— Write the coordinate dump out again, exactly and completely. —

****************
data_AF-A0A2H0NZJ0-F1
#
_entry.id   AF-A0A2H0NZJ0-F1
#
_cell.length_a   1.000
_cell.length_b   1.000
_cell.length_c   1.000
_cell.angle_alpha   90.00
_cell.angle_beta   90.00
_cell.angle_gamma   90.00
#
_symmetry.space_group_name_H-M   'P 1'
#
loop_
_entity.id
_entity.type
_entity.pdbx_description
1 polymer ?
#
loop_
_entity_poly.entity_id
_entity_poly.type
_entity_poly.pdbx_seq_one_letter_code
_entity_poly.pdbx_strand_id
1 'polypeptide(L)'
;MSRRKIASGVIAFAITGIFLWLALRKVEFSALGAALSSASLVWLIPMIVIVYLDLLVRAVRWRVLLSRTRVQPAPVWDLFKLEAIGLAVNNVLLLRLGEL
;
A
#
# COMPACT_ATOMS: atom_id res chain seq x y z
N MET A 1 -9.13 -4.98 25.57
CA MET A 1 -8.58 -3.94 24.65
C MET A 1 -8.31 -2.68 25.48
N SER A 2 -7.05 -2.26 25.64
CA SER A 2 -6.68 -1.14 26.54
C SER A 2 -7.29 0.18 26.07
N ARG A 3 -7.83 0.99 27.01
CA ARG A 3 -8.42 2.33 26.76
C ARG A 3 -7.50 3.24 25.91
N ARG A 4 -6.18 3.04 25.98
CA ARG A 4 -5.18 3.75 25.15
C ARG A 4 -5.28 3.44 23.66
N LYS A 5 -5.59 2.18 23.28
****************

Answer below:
data_AF-A0A2H0NZJ0-F1
#
_entry.id   AF-A0A2H0NZJ0-F1
#
_cell.length_a   1.000
_cell.length_b   1.000
_cell.length_c   1.000
_cell.angle_alpha   90.00
_cell.angle_beta   90.00
_cell.angle_gamma   90.00
#
_symmetry.space_group_name_H-M   'P 1'
#
loop_
_entity.id
_entity.type
_entity.pdbx_description
1 polymer ?
#
loop_
_entity_poly.entity_id
_entity_poly.type
_entity_poly.pdbx_seq_one_letter_code
_entity_poly.pdbx_strand_id
1 'polypeptide(L)'
;MSRRKIASGVIAFAITGIFLWLALRKVEFSALGAALSSASLVWLIPMIVIVYLDLLVRAVRWRVLLSRTRVQPAPVWDLFKLEAIGLAVNNVLLLRLGEL
;
A
#
# COMPACT_ATOMS: atom_id res chain seq x y z
N MET A 1 -9.13 -4.98 25.57
CA MET A 1 -8.58 -3.94 24.65
C MET A 1 -8.31 -2.68 25.48
N SER A 2 -7.05 -2.26 25.64
CA SER A 2 -6.68 -1.14 26.54
C SER A 2 -7.29 0.18 26.07
N ARG A 3 -7.83 0.99 27.01
CA ARG A 3 -8.42 2.33 26.76
C ARG A 3 -7.50 3.24 25.91
N ARG A 4 -6.18 3.04 25.98
CA ARG A 4 -5.18 3.75 25.15
C ARG A 4 -5.28 3.44 23.66
N LYS A 5 -5.59 2.18 23.28